Saturday, 23 February 2013

Harry Potter and the Philosopher's Stone

Harry Potter and the Philosopher's Stone by J.K. Rowling

(In case you didn't see my last post, I'm re-reading the Harry Potter series for the first time in at least five years and posting my thoughts/observations about the books here. This is not going to be a full review, as I've read the books before and honestly, my feelings about the books are splashed all across the internet anyway)

1 - I'd never realised how short this book is. It's a tiny book and I read 200 pages in one sitting without batting an eyelid. And that was at one o'clock in the morning, when I can usually only manage 20 or so pages before deciding to go to bed. I was worried I wouldn't enjoy the books as much now as I did before, but this is a promising start (although I'm reading the second book now and not really enjoying it all that much. I've never been a fan of the Chamber of Secrets)

2 - The only real observation/criticism/complaint I have to make is a small one, and one that my mother has already tried to explain away, but it's still bugging me. It is strongly implied that Quirrel has already taught at Hogwarts before Harry's first year at the school. Since later in the series we learn that, since Dumbledore refused to hire Tom Riddle as a teacher, no Defence Against the Dark Arts teacher has lasted longer than a year, this bugged me. Quite a bit, in fact.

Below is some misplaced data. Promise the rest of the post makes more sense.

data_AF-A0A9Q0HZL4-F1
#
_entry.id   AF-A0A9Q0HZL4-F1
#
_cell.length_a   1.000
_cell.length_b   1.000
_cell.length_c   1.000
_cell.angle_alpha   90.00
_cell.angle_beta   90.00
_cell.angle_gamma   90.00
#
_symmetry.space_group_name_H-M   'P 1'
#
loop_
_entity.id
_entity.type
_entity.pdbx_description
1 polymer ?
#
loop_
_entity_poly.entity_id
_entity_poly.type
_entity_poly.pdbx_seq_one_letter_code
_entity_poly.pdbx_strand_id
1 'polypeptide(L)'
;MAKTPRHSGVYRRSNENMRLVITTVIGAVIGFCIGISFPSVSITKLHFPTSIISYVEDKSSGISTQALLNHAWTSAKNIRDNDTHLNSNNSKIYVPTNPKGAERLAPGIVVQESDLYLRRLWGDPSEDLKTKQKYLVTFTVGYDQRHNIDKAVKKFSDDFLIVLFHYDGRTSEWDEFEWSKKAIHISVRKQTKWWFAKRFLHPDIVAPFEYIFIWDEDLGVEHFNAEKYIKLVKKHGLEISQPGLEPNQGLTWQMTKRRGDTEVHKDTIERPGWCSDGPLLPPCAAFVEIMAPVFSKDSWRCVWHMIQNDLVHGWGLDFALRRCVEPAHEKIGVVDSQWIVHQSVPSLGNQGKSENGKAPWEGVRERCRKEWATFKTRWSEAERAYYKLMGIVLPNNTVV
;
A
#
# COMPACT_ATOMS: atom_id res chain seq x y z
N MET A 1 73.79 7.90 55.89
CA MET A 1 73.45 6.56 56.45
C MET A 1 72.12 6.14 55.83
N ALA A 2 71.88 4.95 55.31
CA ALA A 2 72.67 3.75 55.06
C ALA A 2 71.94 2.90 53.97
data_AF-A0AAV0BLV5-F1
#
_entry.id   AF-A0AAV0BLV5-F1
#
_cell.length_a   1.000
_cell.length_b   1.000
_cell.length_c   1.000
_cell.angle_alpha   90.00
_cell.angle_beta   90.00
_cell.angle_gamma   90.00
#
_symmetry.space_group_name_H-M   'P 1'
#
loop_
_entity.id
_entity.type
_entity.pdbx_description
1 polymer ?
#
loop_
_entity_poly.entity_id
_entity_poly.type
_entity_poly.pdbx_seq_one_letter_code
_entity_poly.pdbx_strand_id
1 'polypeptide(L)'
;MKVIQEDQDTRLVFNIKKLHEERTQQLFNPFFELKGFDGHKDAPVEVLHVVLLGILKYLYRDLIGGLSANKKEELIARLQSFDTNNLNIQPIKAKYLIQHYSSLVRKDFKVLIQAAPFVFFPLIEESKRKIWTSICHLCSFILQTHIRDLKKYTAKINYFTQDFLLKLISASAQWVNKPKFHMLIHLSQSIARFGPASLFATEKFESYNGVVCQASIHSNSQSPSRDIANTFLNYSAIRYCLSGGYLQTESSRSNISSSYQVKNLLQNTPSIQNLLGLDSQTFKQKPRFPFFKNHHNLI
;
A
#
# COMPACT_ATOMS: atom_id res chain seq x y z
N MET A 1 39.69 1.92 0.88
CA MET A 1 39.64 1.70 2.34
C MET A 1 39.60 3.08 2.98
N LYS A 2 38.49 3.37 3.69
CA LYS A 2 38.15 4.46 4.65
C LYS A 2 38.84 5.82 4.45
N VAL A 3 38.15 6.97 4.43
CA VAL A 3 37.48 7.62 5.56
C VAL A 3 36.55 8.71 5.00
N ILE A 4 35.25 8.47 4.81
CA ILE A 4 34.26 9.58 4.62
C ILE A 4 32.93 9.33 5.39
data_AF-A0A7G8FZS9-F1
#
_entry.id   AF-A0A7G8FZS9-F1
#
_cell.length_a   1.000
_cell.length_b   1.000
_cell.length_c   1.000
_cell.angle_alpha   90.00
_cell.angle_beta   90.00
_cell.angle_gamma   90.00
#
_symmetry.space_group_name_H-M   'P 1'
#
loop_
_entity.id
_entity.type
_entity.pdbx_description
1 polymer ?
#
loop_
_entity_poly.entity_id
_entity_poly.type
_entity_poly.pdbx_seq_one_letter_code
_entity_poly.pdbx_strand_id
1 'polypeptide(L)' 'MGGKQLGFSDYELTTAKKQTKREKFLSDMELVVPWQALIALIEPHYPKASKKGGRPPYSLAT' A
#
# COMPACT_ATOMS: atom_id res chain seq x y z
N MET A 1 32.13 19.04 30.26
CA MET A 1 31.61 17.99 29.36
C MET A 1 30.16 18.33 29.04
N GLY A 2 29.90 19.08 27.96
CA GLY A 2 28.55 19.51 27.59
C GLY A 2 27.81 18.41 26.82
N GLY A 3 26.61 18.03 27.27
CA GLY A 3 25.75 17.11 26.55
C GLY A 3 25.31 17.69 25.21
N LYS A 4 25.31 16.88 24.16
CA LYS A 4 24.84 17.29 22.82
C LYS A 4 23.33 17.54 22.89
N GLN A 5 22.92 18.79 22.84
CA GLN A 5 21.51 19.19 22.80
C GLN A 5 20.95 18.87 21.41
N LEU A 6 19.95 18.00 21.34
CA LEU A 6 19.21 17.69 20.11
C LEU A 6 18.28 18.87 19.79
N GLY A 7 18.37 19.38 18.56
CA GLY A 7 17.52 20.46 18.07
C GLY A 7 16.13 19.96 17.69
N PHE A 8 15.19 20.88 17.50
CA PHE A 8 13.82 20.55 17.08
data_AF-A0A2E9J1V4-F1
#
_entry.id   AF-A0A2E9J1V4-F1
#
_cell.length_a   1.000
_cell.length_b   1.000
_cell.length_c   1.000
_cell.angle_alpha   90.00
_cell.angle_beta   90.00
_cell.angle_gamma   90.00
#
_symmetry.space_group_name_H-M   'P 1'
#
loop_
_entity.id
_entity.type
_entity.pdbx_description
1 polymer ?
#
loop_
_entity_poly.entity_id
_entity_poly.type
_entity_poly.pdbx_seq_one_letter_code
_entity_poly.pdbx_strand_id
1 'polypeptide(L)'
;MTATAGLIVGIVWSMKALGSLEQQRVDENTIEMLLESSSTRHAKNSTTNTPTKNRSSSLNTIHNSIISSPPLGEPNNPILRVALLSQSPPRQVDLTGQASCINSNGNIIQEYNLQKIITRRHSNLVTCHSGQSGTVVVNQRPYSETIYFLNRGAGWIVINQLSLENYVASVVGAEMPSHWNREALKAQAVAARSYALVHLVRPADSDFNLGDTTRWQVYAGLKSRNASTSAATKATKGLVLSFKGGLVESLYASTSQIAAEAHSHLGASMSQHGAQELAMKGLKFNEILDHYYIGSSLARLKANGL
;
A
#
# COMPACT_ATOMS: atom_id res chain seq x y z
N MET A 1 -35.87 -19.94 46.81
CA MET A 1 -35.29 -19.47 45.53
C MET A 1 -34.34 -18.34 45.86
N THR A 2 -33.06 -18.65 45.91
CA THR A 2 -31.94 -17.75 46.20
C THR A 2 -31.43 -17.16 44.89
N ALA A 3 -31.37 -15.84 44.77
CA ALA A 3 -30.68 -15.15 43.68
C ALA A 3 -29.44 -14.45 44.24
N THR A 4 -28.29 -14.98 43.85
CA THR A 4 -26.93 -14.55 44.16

I've also been thinking about the fact that the name of the book, and subsequently the film, was changed for the US market. Over there, it's known as Harry Potter and the Sorceror's Stone. Now, this bothers me on principle, but I can't help thinking that actually it might have given the books a bigger audience over here to begin with. To the best of my recollection, people didn't start getting really excited about Harry Potter until the third book, and I've wondered whether the fact that the first book had the word philosopher in it had something to do with that. What kid knows what a philosopher is? I didn't, and for years it bothered me that it was never explained in the book why it was called the philosopher's stone (I may not have been the brightest of children, but still.) I was opposed to reading the books for years before I actually caved and did, mostly because there was a picture of a train on the front cover, but I really do think I might have been more inclined to give them a try if it had been called Harry Potter and the Sorceror's Stone. After all, I actually knew what a sorceror was.

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